When you think of a beverage increasing your cancer risk or cancer progression, soda and alcohol may come to mind. Although both beverages have been shown to play some role in cancer risk, there’s a far more common beverage – which is often believed to be healthy – that is particularly increasing the risk of prostate cancer progression among men.
What exactly is this beverage? It’s whole milk, and the study found men who consume it following their prostate cancer diagnosis have a higher risk of cancer progression. Furthermore, this link was seen greater among overweight or obese men.
June M. Chan, Associate Chair of Clinical Research in the Department of Urology at the University of California San Francisco, and David Taft, explained, “Given a large dairy intake in the American diet and prostate cancer’s prevalence, it is important to investigate the relationship between consumption of dairy products and prostate cancer.”
The researchers conducted a prospective study including 1,334 men with non-metastatic prostate cancer who answered food frequency questionnaires where all the men were diagnosed with prostate cancer for at least two years.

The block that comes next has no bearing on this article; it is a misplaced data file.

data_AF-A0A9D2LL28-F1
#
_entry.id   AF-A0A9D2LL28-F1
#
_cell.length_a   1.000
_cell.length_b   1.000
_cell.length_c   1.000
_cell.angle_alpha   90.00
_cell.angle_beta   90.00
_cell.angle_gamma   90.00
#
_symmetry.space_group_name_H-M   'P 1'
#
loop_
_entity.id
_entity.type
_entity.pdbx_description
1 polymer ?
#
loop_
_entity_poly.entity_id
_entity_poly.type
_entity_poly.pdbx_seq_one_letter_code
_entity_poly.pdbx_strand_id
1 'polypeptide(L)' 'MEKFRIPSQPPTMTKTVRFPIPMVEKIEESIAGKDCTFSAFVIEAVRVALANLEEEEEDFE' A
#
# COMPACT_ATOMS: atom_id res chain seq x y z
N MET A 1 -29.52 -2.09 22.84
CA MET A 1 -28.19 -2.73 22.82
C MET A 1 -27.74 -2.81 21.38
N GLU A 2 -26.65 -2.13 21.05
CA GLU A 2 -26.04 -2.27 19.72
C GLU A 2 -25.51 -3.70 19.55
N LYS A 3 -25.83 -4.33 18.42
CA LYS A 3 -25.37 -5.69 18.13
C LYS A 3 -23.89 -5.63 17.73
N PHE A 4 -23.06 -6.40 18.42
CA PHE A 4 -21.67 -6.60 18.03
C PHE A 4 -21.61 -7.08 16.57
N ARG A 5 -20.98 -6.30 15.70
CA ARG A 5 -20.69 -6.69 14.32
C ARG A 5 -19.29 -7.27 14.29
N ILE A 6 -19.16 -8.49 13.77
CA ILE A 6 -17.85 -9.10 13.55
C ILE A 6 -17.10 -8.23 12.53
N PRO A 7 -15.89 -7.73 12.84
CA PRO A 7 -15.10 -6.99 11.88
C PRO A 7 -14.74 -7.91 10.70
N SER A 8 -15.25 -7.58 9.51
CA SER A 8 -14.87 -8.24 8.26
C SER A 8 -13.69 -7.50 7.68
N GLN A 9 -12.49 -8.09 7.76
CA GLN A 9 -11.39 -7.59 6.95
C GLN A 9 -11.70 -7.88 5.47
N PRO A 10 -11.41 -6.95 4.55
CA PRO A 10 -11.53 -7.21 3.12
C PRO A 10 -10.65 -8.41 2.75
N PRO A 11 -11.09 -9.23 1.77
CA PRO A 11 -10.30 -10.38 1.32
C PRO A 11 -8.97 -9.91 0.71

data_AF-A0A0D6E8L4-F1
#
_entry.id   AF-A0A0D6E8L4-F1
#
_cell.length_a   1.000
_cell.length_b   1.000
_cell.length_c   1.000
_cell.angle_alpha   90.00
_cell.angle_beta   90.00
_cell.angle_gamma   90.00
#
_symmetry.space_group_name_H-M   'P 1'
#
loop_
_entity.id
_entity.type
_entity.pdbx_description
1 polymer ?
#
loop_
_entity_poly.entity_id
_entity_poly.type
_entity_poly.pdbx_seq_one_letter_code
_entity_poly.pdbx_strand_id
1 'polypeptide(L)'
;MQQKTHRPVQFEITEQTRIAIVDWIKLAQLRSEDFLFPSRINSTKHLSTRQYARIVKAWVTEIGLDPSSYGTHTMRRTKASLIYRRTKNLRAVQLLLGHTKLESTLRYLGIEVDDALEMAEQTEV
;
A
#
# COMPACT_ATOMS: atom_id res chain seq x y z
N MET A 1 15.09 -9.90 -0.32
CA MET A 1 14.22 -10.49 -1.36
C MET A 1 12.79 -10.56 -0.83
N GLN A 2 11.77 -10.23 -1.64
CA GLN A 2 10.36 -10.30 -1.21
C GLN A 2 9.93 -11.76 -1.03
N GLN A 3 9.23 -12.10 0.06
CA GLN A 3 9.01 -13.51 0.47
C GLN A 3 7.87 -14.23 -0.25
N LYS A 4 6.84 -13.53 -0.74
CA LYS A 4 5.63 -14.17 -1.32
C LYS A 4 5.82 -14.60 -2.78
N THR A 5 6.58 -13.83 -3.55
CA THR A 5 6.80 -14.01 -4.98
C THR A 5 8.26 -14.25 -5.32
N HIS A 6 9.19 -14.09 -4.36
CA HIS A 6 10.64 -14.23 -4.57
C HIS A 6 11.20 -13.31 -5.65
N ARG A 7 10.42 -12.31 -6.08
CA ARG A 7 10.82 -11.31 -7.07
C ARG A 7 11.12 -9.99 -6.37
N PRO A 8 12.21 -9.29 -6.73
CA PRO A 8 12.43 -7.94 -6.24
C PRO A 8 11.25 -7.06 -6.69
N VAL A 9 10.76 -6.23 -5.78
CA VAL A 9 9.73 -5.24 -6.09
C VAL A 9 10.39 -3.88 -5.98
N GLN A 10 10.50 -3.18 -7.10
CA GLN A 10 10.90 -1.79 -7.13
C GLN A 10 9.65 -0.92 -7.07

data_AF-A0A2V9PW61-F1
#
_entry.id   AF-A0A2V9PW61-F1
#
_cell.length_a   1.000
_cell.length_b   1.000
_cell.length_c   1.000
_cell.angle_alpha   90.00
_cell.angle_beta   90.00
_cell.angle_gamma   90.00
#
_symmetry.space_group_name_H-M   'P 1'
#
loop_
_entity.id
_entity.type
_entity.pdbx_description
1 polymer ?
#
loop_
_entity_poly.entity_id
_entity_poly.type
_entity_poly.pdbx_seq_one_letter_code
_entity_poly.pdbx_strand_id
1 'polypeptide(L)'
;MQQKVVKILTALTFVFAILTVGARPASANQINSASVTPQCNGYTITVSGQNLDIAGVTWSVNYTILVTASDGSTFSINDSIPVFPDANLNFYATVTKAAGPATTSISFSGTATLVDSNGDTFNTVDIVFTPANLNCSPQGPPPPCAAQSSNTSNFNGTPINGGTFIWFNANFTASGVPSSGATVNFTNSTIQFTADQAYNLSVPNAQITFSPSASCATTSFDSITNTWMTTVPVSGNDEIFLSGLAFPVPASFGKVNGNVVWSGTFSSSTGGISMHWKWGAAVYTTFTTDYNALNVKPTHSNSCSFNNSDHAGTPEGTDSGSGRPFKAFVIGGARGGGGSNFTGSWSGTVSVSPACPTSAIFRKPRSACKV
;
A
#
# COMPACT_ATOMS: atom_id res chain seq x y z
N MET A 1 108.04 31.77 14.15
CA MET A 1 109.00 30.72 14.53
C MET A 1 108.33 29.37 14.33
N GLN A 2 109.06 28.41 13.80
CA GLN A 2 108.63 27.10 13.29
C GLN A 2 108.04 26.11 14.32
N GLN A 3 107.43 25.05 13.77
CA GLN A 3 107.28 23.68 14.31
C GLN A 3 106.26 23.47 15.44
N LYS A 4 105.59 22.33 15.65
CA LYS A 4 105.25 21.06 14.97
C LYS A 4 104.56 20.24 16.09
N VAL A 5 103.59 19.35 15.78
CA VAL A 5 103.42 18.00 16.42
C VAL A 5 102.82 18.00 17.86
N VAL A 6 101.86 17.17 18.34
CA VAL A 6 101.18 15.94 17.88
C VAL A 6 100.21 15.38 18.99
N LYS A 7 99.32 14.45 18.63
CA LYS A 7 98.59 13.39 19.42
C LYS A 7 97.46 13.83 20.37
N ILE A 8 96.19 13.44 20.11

During the median eight-year follow-up, the researchers found that men who consumed more than four servings of whole milk had a 73 percent higher risk of recurring compared to those who consumed less than three servings a month.
Overweight and obese men who consumed whole milk had triple the risk of recurring prostate cancer.
There was no risk of recurrence among normal-weight men who consumed low-fat or other dairy foods other than milk.
Chan and Taft added, “Men with prostate cancer who regularly drink whole milk should discuss with their physician or dietician the risks and benefits associated with continuing to do so and potentially seek skim/low-fat dairy alternatives or milk substitutes.”
“Further research is warranted to corroborate if post-diagnostic intake of whole milk increases risk of prostate cancer recurrence. In particular, additional prospective studies with participants reflecting other racial/ethnic groups would be helpful, as current studies have been predominately Caucasian, limiting generalizability. Also, further studies are warranted to confirm and elucidate the possible biological interaction between whole milk, body
size and prostate cancer recurrence/progression.”